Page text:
Figure 2.

Massive cell apoptosis distinguishes cryoinjury from ventricular resection. (A and C) AFOG (Acid Fuchsin Orange-G) staining labels healthy muscle cells (light orange), damaged cells with plasma (dark orange), and collagen (blue). (B and D) Immunostaining with Tropomyosin (TPM) for cardiac muscle (blue), and nuclear MEF-2 as a marker for healthy cardiomyocytes (red). Apoptotic cells are detected by the TUNEL assay (green). (B' and D') Higher magnifications of the framed area in the left panels. (A-B) Adjacent longitudinal sections of the heart one day after ventricular resection. (A) The ventricle (v) comprises a narrow stripe of damaged cardiomyocytes (dark orange) just above the amputation plane (dashed line). Underneath the amputation plane a blood clot (bc) seals the wound; a, atrium; ba, bulbus arteriosus. (B-B') A narrow layer of damaged TPM-positive myocardium above the amputation plane (dashed line) display enhanced apoptosis and reduced MEF-2 expression (arrowheads). (C-D) Adjacent cross sections of the heart one day after cryoinjury. (C) The ventricle encompasses a large disk-shaped damage (encircled with dashed line). (D-D') This region contains abundant apoptotic TPM-positive cardiomyocytes that downregulate MEF-2 expression. Scale bars in (A-B'), 300 μm.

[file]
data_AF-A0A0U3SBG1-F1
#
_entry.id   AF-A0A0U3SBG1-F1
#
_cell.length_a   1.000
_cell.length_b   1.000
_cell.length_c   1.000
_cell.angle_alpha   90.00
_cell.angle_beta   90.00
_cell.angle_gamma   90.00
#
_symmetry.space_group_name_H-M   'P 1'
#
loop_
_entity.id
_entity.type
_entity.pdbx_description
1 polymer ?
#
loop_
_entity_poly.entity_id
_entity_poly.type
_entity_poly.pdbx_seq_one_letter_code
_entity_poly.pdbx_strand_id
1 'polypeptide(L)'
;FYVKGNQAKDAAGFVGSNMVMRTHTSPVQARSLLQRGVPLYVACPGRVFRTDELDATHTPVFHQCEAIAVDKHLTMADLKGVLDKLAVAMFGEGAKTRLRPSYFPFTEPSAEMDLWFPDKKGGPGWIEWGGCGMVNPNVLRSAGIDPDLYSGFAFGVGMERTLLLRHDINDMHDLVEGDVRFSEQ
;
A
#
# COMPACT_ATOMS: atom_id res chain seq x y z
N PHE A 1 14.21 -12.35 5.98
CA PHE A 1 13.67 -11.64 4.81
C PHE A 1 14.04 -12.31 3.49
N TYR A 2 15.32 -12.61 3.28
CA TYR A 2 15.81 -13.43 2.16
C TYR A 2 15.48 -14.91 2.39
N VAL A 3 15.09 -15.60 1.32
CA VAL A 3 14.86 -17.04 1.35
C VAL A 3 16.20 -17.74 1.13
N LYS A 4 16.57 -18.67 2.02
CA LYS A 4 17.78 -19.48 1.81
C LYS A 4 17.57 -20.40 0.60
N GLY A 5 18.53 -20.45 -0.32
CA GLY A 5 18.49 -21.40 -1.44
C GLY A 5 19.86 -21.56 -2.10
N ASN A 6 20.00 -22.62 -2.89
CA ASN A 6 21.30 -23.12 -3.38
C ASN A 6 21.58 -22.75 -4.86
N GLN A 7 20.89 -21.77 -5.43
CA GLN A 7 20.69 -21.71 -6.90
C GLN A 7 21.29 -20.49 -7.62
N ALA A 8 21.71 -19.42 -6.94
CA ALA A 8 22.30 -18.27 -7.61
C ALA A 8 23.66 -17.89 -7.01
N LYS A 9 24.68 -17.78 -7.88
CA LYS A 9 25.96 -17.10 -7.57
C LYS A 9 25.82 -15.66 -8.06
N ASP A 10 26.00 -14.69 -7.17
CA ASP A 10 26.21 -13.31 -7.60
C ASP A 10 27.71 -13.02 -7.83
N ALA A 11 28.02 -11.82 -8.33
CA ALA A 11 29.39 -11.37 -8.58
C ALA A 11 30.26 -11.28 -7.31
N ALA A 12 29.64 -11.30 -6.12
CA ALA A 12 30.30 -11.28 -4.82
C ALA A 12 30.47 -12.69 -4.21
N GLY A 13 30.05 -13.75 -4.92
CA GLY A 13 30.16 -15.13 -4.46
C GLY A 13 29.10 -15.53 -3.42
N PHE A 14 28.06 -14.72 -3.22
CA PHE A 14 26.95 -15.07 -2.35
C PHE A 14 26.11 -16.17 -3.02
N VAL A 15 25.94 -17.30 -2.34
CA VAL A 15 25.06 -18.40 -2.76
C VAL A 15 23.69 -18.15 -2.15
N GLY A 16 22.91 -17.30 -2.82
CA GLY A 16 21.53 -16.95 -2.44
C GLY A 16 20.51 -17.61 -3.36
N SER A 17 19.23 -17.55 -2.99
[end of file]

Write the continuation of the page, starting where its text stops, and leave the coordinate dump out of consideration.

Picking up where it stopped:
Chablais et al. BMC Developmental Biology 2011 11:21   doi:10.1186/1471-213X-11-21
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